This dissertation is focused on understanding the relationship between university research and commercial applications in the nuclear energy field, specifically through quality assurance in experimental nuclear engineering research in the Thermal Hydraulics Laboratory at the University of California, Berkeley. This dissertation includes the development of a novel control system for the Compact Integral Effects Test (CIET) Facility, including testing to demonstrate and validate the new design and implementation, which serves as a case study for the quality assurance approach developed here. Reproducibility, a necessary aspect of scientific investigation, and community, the relationships between the people and organizations involved in nuclear engineering research, are important themes that run throughout this dissertation.
Quality assurance practices are required in commercial nuclear energy applications and provide helpful guidance for achieving safe, reliable, and efficient utilization of nuclear energy and management and processing of radioactive materials. These practices may also be applied through a graded approach in research settings to support good scientific research, including reproducibility. Essential elements from the ASME NQA-1 nuclear quality assurance standard used in industry and from existing quality assurance practices in research environments are distilled and integrated into a new quality assurance program for the CIET Research Program within the Thermal Hydraulics Laboratory. A primary goal for this quality assurance program and all related implementation documentation is that they are applicable to a general set of university nuclear engineering research programs. The CIET quality assurance program can then be used to create a template for a quality assurance program useful for nuclear engineering research at universities, called the University Nuclear Quality Assurance (UNQA) Program. A wide adoption of the UNQA Program may lead to a broad community of university nuclear engineering laboratories and research groups that have chosen to implement quality assurance practices through the UNQA Program and who are committed to quality assurance in their research.
In this study of quality assurance in commercial and academic settings, the control system for a large, complex thermal hydraulics experimental facility, the CIET Facility, is designed, developed, tested, and used as a case study for the application of quality assurance practices in a university research setting. The major functions of the CIET control system are to collect and communicate data from instrumentation and system operation, control the heat input into the facility, control the fluid flow in the facility, control the heat extracted from the facility, and to allow an operator to control the facility in real time. These major functions are directly mapped to the major elements of the control system. A modular structure, task and state organization, and principles from object-oriented design are used in this dissertation to create a modular control system that is flexible for the end user, extensible for future development and expansion, and maintainable with the least effort (or cost) needed from students who are most likely not experts in the hardware and software used. To realize the CIET control system, the programming software LabVIEW is used in combination with hardware from the same parent company, National Instruments. The design and implementation of the CIET control system, both the hardware and LabVIEW code, are documented through two procedures designed to provide a record of the design process within the CIET quality assurance program. This research and thorough quality assurance integration for the CIET control system lays the foundation for its conversion into an advanced reactor test bed.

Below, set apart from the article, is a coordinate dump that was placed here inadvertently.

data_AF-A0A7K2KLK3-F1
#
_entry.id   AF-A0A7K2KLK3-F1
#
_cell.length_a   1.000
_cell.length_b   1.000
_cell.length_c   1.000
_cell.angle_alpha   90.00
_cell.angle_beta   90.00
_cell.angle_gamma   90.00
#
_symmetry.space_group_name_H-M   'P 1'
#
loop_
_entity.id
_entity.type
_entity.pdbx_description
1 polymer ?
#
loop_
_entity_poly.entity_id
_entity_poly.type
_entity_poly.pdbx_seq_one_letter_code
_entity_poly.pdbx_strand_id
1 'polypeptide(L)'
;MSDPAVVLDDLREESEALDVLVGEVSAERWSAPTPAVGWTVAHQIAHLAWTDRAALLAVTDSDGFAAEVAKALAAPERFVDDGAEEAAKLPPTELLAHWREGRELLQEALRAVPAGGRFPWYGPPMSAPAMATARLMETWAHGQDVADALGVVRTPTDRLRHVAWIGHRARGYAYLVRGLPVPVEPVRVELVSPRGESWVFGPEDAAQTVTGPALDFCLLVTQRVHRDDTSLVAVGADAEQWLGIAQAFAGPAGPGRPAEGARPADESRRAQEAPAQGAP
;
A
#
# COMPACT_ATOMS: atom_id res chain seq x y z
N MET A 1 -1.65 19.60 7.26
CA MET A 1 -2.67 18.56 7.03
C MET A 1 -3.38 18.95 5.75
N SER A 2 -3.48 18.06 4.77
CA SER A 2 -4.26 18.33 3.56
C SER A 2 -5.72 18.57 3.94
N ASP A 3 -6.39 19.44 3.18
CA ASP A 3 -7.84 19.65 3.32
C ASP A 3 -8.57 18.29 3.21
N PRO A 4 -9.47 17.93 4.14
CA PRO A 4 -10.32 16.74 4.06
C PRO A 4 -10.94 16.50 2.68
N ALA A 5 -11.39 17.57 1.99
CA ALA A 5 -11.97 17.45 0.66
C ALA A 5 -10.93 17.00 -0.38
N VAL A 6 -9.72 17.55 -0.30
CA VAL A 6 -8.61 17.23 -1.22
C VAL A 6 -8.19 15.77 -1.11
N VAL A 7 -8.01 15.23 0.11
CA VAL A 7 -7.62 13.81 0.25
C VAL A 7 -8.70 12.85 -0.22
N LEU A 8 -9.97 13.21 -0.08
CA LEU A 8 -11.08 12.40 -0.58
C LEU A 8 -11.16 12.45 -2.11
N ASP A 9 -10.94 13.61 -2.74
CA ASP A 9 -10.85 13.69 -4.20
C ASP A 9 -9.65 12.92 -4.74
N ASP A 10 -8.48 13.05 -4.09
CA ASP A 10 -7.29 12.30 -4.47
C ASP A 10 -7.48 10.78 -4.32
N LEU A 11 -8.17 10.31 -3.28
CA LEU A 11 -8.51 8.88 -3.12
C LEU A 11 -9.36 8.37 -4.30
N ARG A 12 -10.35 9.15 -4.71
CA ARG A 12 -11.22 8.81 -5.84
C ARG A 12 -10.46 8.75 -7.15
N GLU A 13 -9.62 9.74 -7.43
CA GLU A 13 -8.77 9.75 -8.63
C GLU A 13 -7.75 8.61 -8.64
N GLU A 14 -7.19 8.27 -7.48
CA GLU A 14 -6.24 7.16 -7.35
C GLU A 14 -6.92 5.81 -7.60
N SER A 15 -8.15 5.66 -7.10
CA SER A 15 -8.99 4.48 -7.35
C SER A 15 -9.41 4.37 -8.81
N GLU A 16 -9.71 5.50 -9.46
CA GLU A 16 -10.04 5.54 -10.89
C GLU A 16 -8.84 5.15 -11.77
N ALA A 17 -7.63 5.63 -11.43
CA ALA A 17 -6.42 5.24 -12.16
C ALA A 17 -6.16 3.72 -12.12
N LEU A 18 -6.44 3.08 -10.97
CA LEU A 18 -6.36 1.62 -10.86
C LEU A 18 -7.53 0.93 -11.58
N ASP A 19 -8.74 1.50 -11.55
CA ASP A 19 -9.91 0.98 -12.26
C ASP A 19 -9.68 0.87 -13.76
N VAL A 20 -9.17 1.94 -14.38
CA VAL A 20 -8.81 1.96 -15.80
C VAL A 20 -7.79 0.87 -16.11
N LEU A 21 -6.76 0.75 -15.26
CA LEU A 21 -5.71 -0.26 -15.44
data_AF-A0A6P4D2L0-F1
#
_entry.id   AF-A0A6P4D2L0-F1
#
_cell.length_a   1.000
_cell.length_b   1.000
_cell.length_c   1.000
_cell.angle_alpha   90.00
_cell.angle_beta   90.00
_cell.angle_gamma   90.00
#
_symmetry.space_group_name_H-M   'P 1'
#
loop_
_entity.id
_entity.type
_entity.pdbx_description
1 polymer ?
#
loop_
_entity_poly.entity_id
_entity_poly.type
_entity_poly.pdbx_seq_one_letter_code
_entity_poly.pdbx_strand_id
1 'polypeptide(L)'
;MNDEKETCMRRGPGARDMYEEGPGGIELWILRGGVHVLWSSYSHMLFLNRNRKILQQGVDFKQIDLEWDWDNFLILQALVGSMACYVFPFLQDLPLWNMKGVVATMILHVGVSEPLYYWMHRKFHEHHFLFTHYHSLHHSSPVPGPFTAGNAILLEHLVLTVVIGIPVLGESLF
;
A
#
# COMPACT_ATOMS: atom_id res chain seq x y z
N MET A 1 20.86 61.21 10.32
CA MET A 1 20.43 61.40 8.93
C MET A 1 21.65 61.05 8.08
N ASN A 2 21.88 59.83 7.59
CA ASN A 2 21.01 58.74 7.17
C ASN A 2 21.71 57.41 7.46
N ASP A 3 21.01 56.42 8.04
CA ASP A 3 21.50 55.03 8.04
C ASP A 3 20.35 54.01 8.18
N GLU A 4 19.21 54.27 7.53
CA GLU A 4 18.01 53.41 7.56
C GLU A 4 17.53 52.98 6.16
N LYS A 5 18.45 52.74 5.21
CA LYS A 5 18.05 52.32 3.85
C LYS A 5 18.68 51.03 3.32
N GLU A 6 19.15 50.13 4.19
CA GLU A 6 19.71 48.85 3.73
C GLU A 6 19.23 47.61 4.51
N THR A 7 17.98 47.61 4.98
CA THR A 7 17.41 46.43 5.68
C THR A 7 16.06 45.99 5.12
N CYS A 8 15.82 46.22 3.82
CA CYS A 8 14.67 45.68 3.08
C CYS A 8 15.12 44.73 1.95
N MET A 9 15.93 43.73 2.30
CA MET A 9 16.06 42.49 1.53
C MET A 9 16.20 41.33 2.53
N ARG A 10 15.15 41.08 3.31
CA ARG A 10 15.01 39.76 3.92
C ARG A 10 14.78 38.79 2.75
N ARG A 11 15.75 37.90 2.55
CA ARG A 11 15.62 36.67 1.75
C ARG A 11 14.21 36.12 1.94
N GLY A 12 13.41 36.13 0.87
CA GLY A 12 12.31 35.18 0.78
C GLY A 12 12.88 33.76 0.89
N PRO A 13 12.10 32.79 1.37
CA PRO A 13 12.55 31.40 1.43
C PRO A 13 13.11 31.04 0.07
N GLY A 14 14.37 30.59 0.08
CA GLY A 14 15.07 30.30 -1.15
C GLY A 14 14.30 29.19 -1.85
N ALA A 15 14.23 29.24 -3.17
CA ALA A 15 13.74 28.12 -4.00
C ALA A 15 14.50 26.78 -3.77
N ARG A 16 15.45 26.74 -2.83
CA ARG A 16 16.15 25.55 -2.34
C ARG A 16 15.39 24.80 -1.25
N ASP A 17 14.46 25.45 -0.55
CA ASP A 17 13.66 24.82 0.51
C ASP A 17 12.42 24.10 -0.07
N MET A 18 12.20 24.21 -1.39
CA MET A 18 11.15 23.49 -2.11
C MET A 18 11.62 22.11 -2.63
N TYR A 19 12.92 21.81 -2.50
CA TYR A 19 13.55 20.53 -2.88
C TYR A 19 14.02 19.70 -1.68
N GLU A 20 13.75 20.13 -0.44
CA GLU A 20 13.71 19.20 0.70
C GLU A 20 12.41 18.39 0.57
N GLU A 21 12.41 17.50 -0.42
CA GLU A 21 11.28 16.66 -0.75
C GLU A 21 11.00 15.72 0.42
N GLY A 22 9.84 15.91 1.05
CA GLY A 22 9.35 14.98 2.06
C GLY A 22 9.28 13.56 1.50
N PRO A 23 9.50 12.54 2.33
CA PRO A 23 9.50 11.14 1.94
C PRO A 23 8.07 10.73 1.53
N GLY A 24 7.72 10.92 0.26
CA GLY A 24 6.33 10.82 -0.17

The CIET quality assurance program that will serve as the prototype for the UNQA Program, including the community of nuclear engineering research developed alongside it, and the foundational development of a control system needed for the conversion of the CIET Facility into an advanced reactor test bed are the primary goals of the research presented in this dissertation. An advanced reactor testbed is an excellent exploratory research and development tool for the university environment to test new ideas and concepts not ready for industrial development. A quality assurance program ensures this research and development both adheres to good scientific practices and is readily usable in more regulated spaces, such as national laboratories and in industry, and in other university research environments who wish to pursue similar goals.
|Advisor:||Peterson, Per F|
|Commitee:||Auslander, David M, Fratoni, Massimiliano|
|School:||University of California, Berkeley|
|School Location:||United States -- California|
|Source:||DAI-A 81/9(E), Dissertation Abstracts International|
|Subjects:||Nuclear engineering, Sociology, Mechanical engineering|
|Keywords:||Community, Integral effects test, Integral test facility, Mechatronics, Quality assurance, Reproducibility|
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